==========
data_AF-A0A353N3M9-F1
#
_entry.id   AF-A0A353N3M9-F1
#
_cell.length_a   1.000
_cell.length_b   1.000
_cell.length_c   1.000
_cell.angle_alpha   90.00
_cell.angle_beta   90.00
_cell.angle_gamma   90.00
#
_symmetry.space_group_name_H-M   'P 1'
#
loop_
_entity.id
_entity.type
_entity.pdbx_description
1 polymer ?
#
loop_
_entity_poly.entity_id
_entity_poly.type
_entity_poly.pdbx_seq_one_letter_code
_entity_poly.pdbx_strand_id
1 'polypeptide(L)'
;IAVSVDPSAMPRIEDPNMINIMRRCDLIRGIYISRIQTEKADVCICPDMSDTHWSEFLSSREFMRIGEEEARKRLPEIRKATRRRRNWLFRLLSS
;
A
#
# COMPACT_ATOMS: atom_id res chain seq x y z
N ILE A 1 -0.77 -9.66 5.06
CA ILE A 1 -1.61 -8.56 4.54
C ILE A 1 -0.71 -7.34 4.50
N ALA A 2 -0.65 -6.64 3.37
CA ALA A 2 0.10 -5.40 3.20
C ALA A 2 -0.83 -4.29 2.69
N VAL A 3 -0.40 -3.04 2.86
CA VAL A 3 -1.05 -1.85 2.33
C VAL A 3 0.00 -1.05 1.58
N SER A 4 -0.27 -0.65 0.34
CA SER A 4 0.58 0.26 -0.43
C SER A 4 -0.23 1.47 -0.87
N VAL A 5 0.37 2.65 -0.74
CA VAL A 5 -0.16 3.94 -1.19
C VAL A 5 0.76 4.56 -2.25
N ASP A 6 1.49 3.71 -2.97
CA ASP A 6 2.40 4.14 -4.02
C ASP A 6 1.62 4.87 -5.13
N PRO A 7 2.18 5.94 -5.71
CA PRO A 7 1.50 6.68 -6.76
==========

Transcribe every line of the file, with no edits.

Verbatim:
data_AF-A0A353N3M9-F1
#
_entry.id   AF-A0A353N3M9-F1
#
_cell.length_a   1.000
_cell.length_b   1.000
_cell.length_c   1.000
_cell.angle_alpha   90.00
_cell.angle_beta   90.00
_cell.angle_gamma   90.00
#
_symmetry.space_group_name_H-M   'P 1'
#
loop_
_entity.id
_entity.type
_entity.pdbx_description
1 polymer ?
#
loop_
_entity_poly.entity_id
_entity_poly.type
_entity_poly.pdbx_seq_one_letter_code
_entity_poly.pdbx_strand_id
1 'polypeptide(L)'
;IAVSVDPSAMPRIEDPNMINIMRRCDLIRGIYISRIQTEKADVCICPDMSDTHWSEFLSSREFMRIGEEEARKRLPEIRKATRRRRNWLFRLLSS
;
A
#
# COMPACT_ATOMS: atom_id res chain seq x y z
N ILE A 1 -0.77 -9.66 5.06
CA ILE A 1 -1.61 -8.56 4.54
C ILE A 1 -0.71 -7.34 4.50
N ALA A 2 -0.65 -6.64 3.37
CA ALA A 2 0.10 -5.40 3.20
C ALA A 2 -0.83 -4.29 2.69
N VAL A 3 -0.40 -3.04 2.86
CA VAL A 3 -1.05 -1.85 2.33
C VAL A 3 0.00 -1.05 1.58
N SER A 4 -0.27 -0.65 0.34
CA SER A 4 0.58 0.26 -0.43
C SER A 4 -0.23 1.47 -0.87
N VAL A 5 0.37 2.65 -0.74
CA VAL A 5 -0.16 3.94 -1.19
C VAL A 5 0.76 4.56 -2.25
N ASP A 6 1.49 3.71 -2.97
CA ASP A 6 2.40 4.14 -4.02
C ASP A 6 1.62 4.87 -5.13
N PRO A 7 2.18 5.94 -5.71
CA PRO A 7 1.50 6.68 -6.76